On 6 May, a gunman stepped out of the shadows of a hospital car park near Nice. He fired two shots from a sawn-off hunting rifle through the windscreen of Hélène Pastor’s car just after she had visited her son.

The chauffeur Mr Darwich died four days later. Ms Pastor, struck in the jaw, chest and neck by more than 50 lead pellets, died eight days after the attack. A few days before she died, she told police she had no enemies.

The Grimaldi dynasty, started by an Italian adventurer in the 14th century, constructed Monaco politically. The Pastor dynasty, started by a poor Italian stonemason in the 20th century, built 80 per cent of the tiny principality’s brutal skyline and still owns a large chunk of it.

Despite W Somerset Maugham’s definition of Monaco as a “sunny place for shady people”, there has never been any hint of illegal activity by the Monégasque “second family”. Hélène Pastor liked to walk her dog without a bodyguard on the manicured, and heavily policed, streets of the principality. She rarely attended society functions.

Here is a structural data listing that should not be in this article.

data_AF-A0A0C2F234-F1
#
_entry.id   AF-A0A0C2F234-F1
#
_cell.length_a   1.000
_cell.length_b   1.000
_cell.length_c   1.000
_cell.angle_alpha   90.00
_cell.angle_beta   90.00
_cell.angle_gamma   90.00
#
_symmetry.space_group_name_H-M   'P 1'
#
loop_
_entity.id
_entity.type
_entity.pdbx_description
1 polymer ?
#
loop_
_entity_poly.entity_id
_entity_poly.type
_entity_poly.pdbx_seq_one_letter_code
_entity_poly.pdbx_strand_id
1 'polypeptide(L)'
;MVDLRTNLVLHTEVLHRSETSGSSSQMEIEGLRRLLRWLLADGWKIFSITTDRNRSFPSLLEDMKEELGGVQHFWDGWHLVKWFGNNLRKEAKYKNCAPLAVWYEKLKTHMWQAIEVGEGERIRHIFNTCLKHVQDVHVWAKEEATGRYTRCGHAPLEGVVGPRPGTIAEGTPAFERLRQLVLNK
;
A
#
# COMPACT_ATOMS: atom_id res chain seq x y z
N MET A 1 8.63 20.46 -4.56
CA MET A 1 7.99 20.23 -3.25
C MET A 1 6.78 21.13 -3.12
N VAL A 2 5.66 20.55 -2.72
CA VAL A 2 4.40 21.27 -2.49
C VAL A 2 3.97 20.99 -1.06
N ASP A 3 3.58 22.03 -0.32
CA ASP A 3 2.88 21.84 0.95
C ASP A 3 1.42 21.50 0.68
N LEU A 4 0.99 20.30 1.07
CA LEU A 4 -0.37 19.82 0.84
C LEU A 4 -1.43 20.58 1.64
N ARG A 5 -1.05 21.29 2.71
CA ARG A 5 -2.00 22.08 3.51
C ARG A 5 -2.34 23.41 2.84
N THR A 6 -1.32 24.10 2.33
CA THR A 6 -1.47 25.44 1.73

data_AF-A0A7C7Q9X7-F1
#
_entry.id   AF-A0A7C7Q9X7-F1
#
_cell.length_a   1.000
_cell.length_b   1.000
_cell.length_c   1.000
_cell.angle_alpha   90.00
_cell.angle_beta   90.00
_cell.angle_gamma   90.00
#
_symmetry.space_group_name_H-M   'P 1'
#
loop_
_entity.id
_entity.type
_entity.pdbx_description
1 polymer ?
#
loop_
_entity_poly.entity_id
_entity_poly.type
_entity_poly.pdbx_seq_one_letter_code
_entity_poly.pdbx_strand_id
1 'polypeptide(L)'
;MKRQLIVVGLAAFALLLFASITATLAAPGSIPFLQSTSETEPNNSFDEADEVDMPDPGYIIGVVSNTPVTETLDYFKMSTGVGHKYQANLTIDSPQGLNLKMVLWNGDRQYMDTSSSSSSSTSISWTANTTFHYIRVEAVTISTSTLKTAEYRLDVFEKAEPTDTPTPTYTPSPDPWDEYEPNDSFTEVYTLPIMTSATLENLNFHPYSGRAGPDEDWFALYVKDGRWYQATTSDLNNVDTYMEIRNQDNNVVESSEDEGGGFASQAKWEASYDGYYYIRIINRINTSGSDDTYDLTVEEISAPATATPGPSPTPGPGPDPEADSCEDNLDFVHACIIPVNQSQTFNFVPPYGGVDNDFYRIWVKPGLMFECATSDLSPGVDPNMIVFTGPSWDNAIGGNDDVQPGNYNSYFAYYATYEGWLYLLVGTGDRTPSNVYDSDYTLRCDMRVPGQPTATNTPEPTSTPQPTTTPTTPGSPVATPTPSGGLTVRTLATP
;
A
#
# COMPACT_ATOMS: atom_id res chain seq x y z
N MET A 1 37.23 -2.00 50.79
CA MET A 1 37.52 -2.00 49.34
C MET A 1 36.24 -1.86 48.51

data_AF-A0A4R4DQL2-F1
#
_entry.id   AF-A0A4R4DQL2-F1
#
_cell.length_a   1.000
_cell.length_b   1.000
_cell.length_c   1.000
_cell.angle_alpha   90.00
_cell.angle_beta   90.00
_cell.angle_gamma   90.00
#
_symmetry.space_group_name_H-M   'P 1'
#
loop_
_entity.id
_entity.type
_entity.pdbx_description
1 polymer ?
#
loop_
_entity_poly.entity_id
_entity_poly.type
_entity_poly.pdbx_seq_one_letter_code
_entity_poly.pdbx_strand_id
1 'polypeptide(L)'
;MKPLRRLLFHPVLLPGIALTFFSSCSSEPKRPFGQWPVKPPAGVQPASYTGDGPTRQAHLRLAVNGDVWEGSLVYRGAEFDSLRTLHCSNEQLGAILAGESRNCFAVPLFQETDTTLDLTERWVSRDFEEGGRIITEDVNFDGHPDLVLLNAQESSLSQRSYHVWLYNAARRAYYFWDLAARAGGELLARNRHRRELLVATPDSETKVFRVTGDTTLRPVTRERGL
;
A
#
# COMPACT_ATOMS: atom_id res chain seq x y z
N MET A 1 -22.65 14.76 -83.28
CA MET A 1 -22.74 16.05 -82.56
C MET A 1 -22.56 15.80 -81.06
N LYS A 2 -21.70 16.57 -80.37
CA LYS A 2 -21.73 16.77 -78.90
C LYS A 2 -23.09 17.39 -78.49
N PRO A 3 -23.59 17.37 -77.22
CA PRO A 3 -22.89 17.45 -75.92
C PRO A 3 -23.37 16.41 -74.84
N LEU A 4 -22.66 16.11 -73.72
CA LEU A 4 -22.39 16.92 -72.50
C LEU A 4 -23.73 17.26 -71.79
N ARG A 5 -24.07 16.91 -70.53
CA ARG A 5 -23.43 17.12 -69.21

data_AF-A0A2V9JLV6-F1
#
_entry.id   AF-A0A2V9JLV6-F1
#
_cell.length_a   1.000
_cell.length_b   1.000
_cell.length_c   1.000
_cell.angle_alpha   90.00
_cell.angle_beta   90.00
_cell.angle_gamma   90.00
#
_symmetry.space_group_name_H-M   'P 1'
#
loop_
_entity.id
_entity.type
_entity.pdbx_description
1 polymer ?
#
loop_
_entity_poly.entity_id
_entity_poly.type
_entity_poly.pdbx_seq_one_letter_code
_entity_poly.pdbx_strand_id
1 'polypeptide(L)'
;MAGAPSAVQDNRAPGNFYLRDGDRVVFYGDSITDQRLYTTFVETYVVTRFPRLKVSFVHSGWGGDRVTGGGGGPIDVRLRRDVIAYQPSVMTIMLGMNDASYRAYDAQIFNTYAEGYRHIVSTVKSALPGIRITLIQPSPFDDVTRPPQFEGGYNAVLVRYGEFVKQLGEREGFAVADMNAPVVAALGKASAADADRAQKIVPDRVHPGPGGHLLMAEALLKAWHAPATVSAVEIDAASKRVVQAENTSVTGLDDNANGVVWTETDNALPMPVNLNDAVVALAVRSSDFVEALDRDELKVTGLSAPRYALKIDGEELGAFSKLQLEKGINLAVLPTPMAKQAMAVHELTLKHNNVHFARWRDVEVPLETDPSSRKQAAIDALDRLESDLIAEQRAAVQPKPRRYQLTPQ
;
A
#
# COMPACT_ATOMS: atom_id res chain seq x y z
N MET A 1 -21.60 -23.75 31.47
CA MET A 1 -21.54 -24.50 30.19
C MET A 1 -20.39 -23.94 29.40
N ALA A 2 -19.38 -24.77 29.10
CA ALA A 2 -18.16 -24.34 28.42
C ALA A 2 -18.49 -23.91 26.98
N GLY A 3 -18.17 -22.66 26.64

For three days after his arrest on Monday night, Mr Janowski, 64, denied all allegations.  Investigators say that on Thursday evening he began to confess. He said that he had commissioned his personal sports trainer, Pascal Doriac, to find someone who would kill his de facto mother-in-law. 

There followed an extraordinary tangle of blunders. Mr Doriac, who trains some of the wealthiest families in Monaco, told police that he had contacted “middle men” in the Marseille area. They put him in touch with an ex-gendarme. After taking money to commit the crime, the former gendarme dropped out but supplied ammunition and the names of the men who eventually attacked Ms Pastor.

From the beginning, French investigators were puzzled – not by the professionalism of the attack but by its clumsiness. The gunman and his apparent accomplice wore no masks or hoods, just baseball caps. The gun used was not the weapon of choice of a hired assassin. Neither victim died instantly.

Examination of footage from security cameras and the mobile phones of bystanders rapidly established the movements of the two attackers that day. They had arrived in Nice by train from Marseille. They had checked into a cheap hotel, showered and changed. They took separate buses to the hospital. They escaped on foot and then by bus. They then bargained with a taxi driver and paid him €500 to drive them 158km back to Marseille.

None of this suggested that the hit men were seasoned professionals. DNA evidence from a tube of shower gel in their Nice hotel and the CCTV images led investigators to two small-time criminals from the northern suburbs of Marseille. The pair, formally accused of murder today, were named  as Alhair Hamadi, 31, and Samine Said Ahmed, 24, the latter born in the Comoros in the Indian Ocean.